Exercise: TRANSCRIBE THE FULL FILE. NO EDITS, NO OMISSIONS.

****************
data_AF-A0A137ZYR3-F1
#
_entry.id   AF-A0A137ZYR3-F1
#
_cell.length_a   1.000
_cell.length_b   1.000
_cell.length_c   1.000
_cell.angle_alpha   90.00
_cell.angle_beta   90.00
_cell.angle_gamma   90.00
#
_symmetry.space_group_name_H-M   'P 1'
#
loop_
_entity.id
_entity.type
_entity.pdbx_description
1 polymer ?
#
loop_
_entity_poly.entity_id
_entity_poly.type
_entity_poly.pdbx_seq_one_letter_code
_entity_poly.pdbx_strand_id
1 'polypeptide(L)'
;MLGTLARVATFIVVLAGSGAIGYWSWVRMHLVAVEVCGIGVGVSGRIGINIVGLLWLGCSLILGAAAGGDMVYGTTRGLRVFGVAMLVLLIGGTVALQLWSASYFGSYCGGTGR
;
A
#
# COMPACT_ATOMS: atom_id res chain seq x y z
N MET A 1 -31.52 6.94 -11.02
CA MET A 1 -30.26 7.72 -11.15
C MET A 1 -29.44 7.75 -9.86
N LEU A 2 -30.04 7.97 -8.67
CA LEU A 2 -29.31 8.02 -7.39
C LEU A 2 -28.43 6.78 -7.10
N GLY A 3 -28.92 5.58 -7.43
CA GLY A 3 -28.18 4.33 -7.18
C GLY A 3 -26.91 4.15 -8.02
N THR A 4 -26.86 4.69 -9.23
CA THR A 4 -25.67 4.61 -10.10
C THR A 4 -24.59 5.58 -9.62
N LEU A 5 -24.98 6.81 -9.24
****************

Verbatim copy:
data_AF-A0A137ZYR3-F1
#
_entry.id   AF-A0A137ZYR3-F1
#
_cell.length_a   1.000
_cell.length_b   1.000
_cell.length_c   1.000
_cell.angle_alpha   90.00
_cell.angle_beta   90.00
_cell.angle_gamma   90.00
#
_symmetry.space_group_name_H-M   'P 1'
#
loop_
_entity.id
_entity.type
_entity.pdbx_description
1 polymer ?
#
loop_
_entity_poly.entity_id
_entity_poly.type
_entity_poly.pdbx_seq_one_letter_code
_entity_poly.pdbx_strand_id
1 'polypeptide(L)'
;MLGTLARVATFIVVLAGSGAIGYWSWVRMHLVAVEVCGIGVGVSGRIGINIVGLLWLGCSLILGAAAGGDMVYGTTRGLRVFGVAMLVLLIGGTVALQLWSASYFGSYCGGTGR
;
A
#
# COMPACT_ATOMS: atom_id res chain seq x y z
N MET A 1 -31.52 6.94 -11.02
CA MET A 1 -30.26 7.72 -11.15
C MET A 1 -29.44 7.75 -9.86
N LEU A 2 -30.04 7.97 -8.67
CA LEU A 2 -29.31 8.02 -7.39
C LEU A 2 -28.43 6.78 -7.10
N GLY A 3 -28.92 5.58 -7.43
CA GLY A 3 -28.18 4.33 -7.18
C GLY A 3 -26.91 4.15 -8.02
N THR A 4 -26.86 4.69 -9.23
CA THR A 4 -25.67 4.61 -10.10
C THR A 4 -24.59 5.58 -9.62
N LEU A 5 -24.98 6.81 -9.24